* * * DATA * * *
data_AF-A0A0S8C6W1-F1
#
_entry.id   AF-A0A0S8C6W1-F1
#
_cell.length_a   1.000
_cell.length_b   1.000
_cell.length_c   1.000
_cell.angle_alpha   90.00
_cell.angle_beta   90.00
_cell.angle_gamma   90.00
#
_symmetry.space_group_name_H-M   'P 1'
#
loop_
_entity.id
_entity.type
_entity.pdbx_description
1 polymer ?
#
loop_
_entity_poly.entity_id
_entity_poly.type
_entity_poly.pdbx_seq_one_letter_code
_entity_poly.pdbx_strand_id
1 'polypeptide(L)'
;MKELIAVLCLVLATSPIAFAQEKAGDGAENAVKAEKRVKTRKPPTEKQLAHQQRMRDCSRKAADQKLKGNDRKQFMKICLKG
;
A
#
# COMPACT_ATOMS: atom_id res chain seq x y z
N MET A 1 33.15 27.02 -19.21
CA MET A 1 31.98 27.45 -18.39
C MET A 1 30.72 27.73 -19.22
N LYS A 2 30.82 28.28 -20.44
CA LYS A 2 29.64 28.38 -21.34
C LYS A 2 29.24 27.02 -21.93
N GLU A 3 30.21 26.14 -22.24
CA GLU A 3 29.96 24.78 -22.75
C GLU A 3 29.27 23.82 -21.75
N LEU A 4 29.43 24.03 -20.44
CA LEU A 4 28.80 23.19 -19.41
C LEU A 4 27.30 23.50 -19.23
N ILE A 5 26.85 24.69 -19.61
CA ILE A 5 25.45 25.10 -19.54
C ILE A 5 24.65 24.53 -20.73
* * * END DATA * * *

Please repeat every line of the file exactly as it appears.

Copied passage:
data_AF-A0A0S8C6W1-F1
#
_entry.id   AF-A0A0S8C6W1-F1
#
_cell.length_a   1.000
_cell.length_b   1.000
_cell.length_c   1.000
_cell.angle_alpha   90.00
_cell.angle_beta   90.00
_cell.angle_gamma   90.00
#
_symmetry.space_group_name_H-M   'P 1'
#
loop_
_entity.id
_entity.type
_entity.pdbx_description
1 polymer ?
#
loop_
_entity_poly.entity_id
_entity_poly.type
_entity_poly.pdbx_seq_one_letter_code
_entity_poly.pdbx_strand_id
1 'polypeptide(L)'
;MKELIAVLCLVLATSPIAFAQEKAGDGAENAVKAEKRVKTRKPPTEKQLAHQQRMRDCSRKAADQKLKGNDRKQFMKICLKG
;
A
#
# COMPACT_ATOMS: atom_id res chain seq x y z
N MET A 1 33.15 27.02 -19.21
CA MET A 1 31.98 27.45 -18.39
C MET A 1 30.72 27.73 -19.22
N LYS A 2 30.82 28.28 -20.44
CA LYS A 2 29.64 28.38 -21.34
C LYS A 2 29.24 27.02 -21.93
N GLU A 3 30.21 26.14 -22.24
CA GLU A 3 29.96 24.78 -22.75
C GLU A 3 29.27 23.82 -21.75
N LEU A 4 29.43 24.03 -20.44
CA LEU A 4 28.80 23.19 -19.41
C LEU A 4 27.30 23.50 -19.23
N ILE A 5 26.85 24.69 -19.61
CA ILE A 5 25.45 25.10 -19.54
C ILE A 5 24.65 24.53 -20.73